A Dedicated Patient Advocate

Ned Clark, BSPhar ’78, stands up for his patients with compassion and perserverance

Story by Carrie Creasy | Published May 30, 2023

Ned Clark graduated from the UNC School of Pharmacy in 1978 and lives with his wife, Dessie, in a house he built on three acres of land. Together they raised four boys and now entertain six dogs. While Dessie has retired from hospital pharmacy, Ned continues his community pharmacy work. As he’s been doing for 44 years, Ned offers sincere care to both his patients and students because, he says, “I like what I do. I really like working with people.”

Jennifer Zhao, PharmD candidate ‘24, was assigned to work with Ned in rural Northampton County where there are only two pharmacies and just three physicians serving a high percentage of uninsured patients. Days into her two-month community immersion as a first-year pharmacy student, Jennifer learned of Ned’s months-long battle on behalf of a pediatric asthma patient. The child’s prescription coverage was repeatedly being denied by his insurance company.

Jennifer watched Ned wield his professional relationships at the health department, in social services, and ultimately in the insurance commissioner’s office. He spent hours on the phone, always bringing with him the attitude that “we are going to fix this together now.” In the end, the insurance company identified their error. The patient did not miss out on necessary medication, and Ned’s persistence resulted in the appropriate changes finally being made. This is the experience that epitomized Jennifer’s understanding of passionate and effective community pharmacy.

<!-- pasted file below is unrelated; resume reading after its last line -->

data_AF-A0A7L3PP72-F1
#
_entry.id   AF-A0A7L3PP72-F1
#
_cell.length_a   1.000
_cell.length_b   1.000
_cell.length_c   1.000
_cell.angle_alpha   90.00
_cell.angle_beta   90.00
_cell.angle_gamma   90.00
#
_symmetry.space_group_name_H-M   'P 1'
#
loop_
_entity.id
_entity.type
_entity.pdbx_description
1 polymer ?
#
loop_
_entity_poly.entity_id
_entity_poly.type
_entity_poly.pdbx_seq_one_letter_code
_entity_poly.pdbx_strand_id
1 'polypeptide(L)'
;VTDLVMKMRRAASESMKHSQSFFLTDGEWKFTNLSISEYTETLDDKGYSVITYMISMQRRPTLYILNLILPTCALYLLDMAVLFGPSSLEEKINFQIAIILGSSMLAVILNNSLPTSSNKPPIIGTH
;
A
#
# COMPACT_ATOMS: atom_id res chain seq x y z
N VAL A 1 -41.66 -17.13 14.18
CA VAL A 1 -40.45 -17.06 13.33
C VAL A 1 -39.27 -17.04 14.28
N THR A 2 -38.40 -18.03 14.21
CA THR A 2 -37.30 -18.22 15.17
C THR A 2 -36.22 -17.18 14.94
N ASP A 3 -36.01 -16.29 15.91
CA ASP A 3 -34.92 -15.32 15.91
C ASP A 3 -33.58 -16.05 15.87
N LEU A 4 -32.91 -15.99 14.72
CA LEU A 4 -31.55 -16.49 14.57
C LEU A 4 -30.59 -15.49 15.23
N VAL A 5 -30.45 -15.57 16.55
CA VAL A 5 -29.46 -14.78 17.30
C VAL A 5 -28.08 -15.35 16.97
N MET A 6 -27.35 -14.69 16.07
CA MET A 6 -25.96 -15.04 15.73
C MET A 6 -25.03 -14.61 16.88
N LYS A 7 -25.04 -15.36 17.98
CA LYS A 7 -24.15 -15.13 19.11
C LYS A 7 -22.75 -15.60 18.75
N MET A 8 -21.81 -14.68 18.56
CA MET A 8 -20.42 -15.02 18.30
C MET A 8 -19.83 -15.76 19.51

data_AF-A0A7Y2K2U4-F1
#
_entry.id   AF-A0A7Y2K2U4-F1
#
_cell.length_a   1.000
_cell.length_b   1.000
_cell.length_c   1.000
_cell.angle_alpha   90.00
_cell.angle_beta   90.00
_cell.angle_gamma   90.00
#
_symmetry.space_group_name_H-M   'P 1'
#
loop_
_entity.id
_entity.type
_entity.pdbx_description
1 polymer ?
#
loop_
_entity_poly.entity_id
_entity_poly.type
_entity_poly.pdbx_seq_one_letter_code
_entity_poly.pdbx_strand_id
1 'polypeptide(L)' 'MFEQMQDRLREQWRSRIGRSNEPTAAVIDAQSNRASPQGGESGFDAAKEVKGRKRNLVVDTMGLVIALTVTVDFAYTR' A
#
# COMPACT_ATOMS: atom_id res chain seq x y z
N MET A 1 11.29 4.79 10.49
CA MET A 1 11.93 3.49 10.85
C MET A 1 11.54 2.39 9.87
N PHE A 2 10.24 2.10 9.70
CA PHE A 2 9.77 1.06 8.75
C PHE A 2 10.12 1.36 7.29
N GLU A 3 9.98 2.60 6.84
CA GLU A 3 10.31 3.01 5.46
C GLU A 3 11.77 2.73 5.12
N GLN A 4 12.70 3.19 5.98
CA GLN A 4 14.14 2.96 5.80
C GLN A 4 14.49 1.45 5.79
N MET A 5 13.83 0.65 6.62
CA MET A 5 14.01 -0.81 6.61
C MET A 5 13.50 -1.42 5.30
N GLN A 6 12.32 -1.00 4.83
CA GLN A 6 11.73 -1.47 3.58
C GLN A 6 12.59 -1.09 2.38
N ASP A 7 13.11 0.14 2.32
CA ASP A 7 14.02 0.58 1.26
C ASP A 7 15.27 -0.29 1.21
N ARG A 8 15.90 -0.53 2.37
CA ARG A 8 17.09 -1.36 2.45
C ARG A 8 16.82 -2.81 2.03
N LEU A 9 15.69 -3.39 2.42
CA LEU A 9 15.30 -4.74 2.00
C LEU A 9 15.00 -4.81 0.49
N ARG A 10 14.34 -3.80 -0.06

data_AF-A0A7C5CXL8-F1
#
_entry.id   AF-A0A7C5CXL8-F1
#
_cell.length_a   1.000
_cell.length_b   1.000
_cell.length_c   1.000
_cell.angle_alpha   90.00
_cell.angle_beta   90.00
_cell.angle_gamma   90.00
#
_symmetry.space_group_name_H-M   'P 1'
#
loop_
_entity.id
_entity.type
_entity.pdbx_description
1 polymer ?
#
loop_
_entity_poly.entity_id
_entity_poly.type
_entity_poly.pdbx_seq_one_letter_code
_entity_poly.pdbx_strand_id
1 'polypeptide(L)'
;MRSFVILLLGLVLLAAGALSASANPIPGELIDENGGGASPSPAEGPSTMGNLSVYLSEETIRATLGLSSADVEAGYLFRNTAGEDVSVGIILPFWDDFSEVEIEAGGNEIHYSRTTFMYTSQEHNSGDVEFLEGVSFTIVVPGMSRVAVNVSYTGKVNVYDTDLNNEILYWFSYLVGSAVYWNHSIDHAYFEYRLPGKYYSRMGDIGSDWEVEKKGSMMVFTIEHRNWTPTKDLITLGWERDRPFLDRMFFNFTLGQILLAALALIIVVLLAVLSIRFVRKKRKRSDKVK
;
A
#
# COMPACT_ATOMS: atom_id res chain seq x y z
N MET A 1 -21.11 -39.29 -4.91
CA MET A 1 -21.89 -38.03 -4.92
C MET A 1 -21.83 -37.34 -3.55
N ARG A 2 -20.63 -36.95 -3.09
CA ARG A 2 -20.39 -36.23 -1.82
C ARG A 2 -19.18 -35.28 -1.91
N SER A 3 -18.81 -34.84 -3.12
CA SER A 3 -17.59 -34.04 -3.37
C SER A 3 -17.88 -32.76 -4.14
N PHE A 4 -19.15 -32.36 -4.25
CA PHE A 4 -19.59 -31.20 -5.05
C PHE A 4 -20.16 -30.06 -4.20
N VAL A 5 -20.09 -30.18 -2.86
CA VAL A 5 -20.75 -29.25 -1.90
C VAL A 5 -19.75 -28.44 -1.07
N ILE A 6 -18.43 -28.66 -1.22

She notices, “It is easy to become jaded in the community pharmacy setting due to its daily demands.” Instead, Ned acts as a dedicated and stalwart advocate for the best interest of his patients.

Ned is now shifting his work toward a larger scale. His goal is to establish a free screening clinic for the county. He has secured non-profit incorporation 501(c)(3) status and is waiting on grant applications. The vision includes blood pressure checks, blood glucose testing, and to restart pre-covid Pharmacogenomics projects with Dr. Tim Wiltshire of UNC. “I like to see better ways to help people out,” he explains. “I’ve always looked for ways to do things a little differently.”

Ned points out, “A whole lot of learning happens on the job,” and therefore he values insight from those he has previously mentored. Many students-turned-colleagues have shared examples of their related work in various places throughout North Carolina. Partnering with a local community college, Ned plans to open Northampton Open Clinic as a student-operated clinic under the supervision of licensed professionals, the first of its kind in the area.

“I wouldn’t keep practicing pharmacy if I didn’t like it,” Ned says. His favorite advice to give students is, “Find somewhere you like and stick to it. You’ve got the rest of your life to work – but find somewhere you like to do it.” Jennifer concludes, “I am lucky to have been able to learn from an exemplary community pharmacist like him.”